News Staff Writer
The McCullough Fellows of 2017 introduced urban agriculture projects and researched the reintroduction of the American chestnut to Appalachian forests.
The Fellowship Program is now looking for students to create new research projects focused on one of the four areas of the McCullough Institute.
“We’re allowing students to do an applied research project in one or more of the four focus areas of the McCollough Institute: land use and conservation, urban planning, sustainable agriculture or resilience in environmental sustainability,” said Sonia Marcus, director of sustainability for the McCollough Institute.
The projects proposed must have a clear environmental sustainability component. Applicants must also conduct academic research during their project, and should have a specific focus on addressing a community.
“You’ve got to be passionate about your project, and you have to make sure that it is responding to a real need in the community,” Marcus said. “If there is nobody in the community who can support you and say that they need this, then it is not responding to a need.”
The program was launched at UNC Asheville in 2015 after the late Charles T. McCullough Jr. and his wife Shirley Anne McCullough gifted $1 million to the university to create the McCollough Institute for Conservation, Land Use and Environmental Resiliency.
The total project budget can be up to $5,000 in order to fund students, material support and a faculty advisor.
Students from all disciplines are encouraged to take part, as the program takes an interest in ensuring that every cohort of students represent a different disciplinary diversity.
“In our 2017 class, we had two people from environmental studies who had very different focuses within their field, an engineering student, a biology student and a media student,” Marcus said. “All the disciplines are relevant to the McCullough Fellowship program.”
Dylan Ryals-Hamilton, a senior environmental studies student, was a Fellow in 2017. Ryals-Hamilton worked with the City of Asheville Office of Sustainability on a project based on food cultivation in urban spaces.
“The main focus was on the idea of community engagement with these different edible parks,” Ryals-Hamilton said. “I developed some strategies, mostly partnerships, to increase volunteer turnout for workdays at the parks. I also worked with members in our greater Asheville community to organize some of those workdays and together we got a lot done.”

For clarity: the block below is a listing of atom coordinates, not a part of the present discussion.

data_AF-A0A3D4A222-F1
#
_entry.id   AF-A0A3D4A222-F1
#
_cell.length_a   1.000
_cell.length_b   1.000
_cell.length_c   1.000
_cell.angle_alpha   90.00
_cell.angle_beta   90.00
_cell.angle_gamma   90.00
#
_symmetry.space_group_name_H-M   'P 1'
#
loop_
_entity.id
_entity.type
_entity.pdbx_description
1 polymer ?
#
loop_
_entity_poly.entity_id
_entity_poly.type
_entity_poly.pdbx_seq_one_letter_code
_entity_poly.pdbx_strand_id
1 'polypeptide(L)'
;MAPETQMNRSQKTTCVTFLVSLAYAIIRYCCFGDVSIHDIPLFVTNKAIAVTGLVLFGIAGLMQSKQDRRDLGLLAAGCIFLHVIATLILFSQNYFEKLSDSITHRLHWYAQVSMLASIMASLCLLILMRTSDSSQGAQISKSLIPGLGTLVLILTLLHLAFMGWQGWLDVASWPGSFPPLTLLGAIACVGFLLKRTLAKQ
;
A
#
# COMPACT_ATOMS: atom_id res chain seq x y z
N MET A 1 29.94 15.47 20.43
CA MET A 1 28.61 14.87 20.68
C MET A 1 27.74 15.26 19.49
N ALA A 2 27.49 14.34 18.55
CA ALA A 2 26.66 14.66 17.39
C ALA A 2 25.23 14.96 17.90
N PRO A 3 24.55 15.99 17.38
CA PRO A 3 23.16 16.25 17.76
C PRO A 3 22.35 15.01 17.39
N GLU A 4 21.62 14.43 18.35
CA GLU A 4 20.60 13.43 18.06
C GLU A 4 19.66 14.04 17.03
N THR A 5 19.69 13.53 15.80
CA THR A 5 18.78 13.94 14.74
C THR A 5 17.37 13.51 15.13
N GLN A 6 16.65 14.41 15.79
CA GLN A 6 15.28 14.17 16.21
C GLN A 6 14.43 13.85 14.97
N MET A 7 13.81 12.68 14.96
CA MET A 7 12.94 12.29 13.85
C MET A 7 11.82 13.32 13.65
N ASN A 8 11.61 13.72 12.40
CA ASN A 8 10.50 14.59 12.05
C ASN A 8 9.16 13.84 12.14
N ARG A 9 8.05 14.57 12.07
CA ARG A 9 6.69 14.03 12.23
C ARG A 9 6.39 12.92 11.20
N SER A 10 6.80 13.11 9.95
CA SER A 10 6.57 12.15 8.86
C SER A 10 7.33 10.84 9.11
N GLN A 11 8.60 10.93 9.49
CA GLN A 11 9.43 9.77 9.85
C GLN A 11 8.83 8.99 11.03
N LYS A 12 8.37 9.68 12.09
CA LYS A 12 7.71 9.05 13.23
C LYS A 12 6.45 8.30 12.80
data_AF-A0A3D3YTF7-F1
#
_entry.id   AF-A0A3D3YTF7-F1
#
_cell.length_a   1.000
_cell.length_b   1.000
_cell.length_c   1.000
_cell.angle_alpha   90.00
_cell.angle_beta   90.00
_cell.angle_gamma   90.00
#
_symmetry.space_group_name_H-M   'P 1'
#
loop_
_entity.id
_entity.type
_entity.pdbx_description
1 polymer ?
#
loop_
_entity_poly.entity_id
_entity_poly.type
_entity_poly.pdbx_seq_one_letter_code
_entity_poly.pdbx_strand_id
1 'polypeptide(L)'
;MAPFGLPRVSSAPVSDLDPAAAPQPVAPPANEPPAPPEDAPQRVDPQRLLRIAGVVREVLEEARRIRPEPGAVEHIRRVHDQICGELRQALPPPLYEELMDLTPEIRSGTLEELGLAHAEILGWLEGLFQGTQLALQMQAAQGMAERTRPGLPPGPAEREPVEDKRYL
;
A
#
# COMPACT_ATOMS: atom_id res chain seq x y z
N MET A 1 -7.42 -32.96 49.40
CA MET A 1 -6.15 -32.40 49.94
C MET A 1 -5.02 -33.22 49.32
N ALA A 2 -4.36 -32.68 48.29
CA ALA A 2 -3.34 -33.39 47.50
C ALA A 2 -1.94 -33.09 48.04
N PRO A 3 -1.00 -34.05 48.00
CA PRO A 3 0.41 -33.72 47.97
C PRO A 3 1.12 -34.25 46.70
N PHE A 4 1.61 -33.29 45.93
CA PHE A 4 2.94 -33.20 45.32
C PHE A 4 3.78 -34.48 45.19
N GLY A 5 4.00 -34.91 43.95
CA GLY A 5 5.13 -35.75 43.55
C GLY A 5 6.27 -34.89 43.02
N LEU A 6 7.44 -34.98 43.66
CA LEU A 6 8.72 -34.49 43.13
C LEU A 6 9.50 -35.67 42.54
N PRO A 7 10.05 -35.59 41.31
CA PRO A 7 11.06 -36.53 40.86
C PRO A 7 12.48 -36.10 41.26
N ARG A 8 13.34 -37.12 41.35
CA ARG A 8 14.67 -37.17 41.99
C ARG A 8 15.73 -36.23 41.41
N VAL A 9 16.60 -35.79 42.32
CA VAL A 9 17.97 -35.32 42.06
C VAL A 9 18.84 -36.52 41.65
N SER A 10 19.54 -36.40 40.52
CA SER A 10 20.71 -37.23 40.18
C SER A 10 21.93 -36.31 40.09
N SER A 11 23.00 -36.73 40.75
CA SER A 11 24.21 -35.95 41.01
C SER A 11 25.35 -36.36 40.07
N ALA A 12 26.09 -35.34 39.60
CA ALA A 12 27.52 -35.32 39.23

The Fellowship Program grants students the opportunity to gain both professional and academic development opportunities, with the intention of connecting UNCA with the wider community.
“Applying is a great thing to do. We have had a number of students in both iterations in the past of this program who have gotten jobs with their partner organization after they were not selected by the McCullough Fellowship,” Marcus said. “Because they had developed the ideas with them, the partner organization were kind of excited about the whole thing.”
Samuel Stanley, an UNCA alumnus who studied environmental studies, worked with the American Chestnut Foundation to screen American chestnuts for resistance to blight and wood rot in order to prepare for their reintroduction to southern Appalachian forests.
“I did a good deal of my most time-consuming work over the summer before classes started. Balancing time was definitely a challenge, but it made me apply time management skills in my life a bit more aggressively than I would have otherwise,” Stanley said. “Adding the McCullough experience onto my last semester definitely added an element of stress but at the same time gave me an opportunity to engage with an organization in the real world that dealt with the subject matter I had been studying in school.”
The program provides an opportunity for Fellows to present their final projects at a luncheon in December, where partner organizations and faculty are the guests and audience.
The program requires students to be currently enrolled and will continue to be so in fall, with a minimum overall 3.0 GPA. McCullough Fellows must also commit to a minimum of 20 hours per week in the summer and a minimum of four hours per week in the fall.
“I was definitely challenged at times, and of course dealt with the kinds of frustrations that come with any meaningful project in the real world,” Ryals-Hamilton said. “I really enjoyed myself overall and would recommend the experience to anyone who is self-motivated and passionate about making a positive impact in the community and in the world.”
The deadline for applications to be a 2018 McCullough Fellow is March 1.